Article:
My next step is to type my pages into the computer. This is usually re-drafting, teasing apart the story from the places I’m telling myself the story. Sometimes the difference between the two is obvious, but sometimes subsequent read-throughs reveal more places to increase the action on the page and decrease the distance between the character and the reader.


Stella opened the door to the office her dad was in. He was writing furiously at his desk. He glanced up, nodded to her and stuck his left index finger in the air, then looked back down to finish his writing. When he was done he looked up and said, “hello, dear. How have your studies been?”

“Mrs. Bennett is seeing to my studies, why are you asking me something she can answer?”

Mr. Blackwood gazed over his glasses at his daughter, “my dear,” he began, “I had nearly forgotten who I was speaking to.”

“And just where have you been, anyway? You were due back three days ago.”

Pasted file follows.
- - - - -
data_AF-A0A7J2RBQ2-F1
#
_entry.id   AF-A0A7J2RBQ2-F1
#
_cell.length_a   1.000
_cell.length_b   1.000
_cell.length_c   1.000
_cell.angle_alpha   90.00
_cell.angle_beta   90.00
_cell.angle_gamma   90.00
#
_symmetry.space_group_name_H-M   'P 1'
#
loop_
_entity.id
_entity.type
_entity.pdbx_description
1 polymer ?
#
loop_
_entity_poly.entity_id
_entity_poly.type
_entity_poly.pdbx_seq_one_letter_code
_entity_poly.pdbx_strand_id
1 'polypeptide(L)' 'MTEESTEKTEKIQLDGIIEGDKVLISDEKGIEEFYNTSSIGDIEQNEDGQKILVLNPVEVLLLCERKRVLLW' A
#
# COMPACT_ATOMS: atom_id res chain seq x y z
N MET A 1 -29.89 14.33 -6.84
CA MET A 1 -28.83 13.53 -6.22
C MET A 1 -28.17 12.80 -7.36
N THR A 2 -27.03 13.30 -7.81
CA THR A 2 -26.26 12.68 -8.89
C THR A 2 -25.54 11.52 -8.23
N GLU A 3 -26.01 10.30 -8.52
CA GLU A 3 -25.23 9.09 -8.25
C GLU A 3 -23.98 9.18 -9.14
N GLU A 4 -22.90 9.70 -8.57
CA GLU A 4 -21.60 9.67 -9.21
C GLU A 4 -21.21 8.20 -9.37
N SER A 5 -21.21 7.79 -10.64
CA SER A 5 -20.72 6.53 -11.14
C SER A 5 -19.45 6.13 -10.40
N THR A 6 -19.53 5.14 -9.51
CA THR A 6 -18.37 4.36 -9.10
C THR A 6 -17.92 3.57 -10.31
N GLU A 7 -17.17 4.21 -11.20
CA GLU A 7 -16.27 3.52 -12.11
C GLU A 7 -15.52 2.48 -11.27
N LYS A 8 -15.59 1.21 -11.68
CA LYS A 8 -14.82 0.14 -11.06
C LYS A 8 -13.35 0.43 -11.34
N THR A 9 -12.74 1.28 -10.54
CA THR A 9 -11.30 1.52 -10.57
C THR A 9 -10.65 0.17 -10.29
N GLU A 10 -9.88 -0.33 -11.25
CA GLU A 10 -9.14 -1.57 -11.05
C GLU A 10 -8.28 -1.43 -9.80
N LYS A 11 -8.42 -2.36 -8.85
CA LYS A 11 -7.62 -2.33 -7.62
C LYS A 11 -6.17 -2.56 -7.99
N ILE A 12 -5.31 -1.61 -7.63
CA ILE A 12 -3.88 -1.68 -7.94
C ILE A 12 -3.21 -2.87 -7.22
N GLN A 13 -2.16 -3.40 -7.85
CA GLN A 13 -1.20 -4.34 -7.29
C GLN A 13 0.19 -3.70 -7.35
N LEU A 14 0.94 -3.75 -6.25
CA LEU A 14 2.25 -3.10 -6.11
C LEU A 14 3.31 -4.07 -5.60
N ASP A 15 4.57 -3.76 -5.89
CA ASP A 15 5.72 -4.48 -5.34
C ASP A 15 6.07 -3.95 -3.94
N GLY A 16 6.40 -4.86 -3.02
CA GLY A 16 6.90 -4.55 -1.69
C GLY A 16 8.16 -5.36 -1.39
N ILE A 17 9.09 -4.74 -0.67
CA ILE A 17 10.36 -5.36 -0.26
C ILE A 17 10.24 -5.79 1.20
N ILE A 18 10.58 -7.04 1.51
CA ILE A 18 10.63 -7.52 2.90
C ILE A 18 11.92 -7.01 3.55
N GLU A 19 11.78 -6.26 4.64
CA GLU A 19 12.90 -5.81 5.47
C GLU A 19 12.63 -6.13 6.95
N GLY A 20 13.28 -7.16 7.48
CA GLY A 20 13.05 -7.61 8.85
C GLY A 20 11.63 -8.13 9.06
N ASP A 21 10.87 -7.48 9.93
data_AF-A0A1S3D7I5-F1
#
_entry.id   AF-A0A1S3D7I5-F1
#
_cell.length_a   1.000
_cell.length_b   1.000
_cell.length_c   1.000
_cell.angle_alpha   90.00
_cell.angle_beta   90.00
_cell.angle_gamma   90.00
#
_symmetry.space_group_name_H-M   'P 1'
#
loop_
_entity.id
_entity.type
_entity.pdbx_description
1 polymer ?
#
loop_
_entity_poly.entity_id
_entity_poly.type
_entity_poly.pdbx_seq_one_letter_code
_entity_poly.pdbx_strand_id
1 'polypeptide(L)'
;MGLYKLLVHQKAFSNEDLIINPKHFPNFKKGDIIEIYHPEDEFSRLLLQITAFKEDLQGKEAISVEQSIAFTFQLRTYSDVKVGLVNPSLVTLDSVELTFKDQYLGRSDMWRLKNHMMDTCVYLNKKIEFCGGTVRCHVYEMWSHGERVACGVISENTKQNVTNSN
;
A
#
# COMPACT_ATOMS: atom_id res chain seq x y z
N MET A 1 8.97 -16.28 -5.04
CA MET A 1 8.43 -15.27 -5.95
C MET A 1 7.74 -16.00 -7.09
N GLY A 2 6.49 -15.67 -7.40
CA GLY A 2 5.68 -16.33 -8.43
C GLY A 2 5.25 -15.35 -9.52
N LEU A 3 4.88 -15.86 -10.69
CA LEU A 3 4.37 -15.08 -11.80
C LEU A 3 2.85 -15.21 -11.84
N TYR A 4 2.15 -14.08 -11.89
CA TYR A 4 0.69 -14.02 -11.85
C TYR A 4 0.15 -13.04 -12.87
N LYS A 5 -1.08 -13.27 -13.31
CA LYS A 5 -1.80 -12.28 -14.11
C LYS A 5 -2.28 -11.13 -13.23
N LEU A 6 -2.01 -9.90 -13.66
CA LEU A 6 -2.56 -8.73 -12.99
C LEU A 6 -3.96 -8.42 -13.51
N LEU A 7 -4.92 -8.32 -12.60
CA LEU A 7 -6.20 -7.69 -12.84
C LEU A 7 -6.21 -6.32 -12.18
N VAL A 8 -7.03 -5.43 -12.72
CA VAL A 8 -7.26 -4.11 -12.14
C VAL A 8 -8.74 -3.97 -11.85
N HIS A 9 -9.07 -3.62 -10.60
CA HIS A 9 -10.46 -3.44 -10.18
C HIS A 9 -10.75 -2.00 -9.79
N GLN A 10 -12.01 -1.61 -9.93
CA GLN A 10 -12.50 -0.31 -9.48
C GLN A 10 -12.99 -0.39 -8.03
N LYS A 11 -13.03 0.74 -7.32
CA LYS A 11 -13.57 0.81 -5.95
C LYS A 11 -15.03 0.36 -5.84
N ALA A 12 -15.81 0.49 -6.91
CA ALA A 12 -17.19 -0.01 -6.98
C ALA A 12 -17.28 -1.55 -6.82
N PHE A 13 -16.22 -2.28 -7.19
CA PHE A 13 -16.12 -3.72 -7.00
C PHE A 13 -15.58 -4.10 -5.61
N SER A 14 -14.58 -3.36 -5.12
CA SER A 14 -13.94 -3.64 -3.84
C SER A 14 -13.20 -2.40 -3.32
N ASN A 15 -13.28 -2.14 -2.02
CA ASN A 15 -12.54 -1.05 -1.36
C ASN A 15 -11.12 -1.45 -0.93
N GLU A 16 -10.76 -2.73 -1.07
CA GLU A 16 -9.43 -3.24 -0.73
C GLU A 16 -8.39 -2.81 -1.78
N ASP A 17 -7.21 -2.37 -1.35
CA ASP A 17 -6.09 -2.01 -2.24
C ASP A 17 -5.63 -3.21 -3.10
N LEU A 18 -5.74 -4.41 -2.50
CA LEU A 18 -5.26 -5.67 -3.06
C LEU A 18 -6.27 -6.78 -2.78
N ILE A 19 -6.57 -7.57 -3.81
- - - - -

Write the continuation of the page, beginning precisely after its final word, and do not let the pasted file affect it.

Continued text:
Mr. Blackwood got up and closed the door to his office. “I had an unexpected meeting in Pennsylvania, and was advised to have another in New York. So I extended my travel.”

This is boring.

Stella leaves her friend, Lana, and goes to her father’s office. The door is mostly closed. A frosted glass window keeps her from seeing who is inside, but the conversation she hears is heated. She approaches the door and hears: “two, three days at the most,” her father’s voice.

“You’ve already overextended your leave, Blackwood.”

“And more than doubled our success by doing so. The legend around this other piece…” the other man cut him off

“The piece itself is legendary, we can’t put a legend in the museum. These artifacts are spectacular, I’ll grant you, but will be years of study before they go on public display. Now I need you here, teaching and writing up your finds. Publish or perish, Blackwood.”

The conversation seemed to be over, and the door opened to reveal _________, the President of the University.

“Miss Blackwood, I presume.” Stella was acutely aware that she was one of few thirteen-year-olds seen on campus. “Do us a favor and try to keep your father in town through the semester, would you?”


And here is how I typed up the scene later:


            Dr. Blackwood’s office door was slightly ajar. As Stella approached she heard her father and another man having a heated discussion inside.

            “…a week, ten days at the most,” her father said.

            “You’ve already overextended your leave, Blackwood,” the other voice said.

            “And more than doubled our success by doing so. This piece is exactly as the legends describe, and the companion piece…”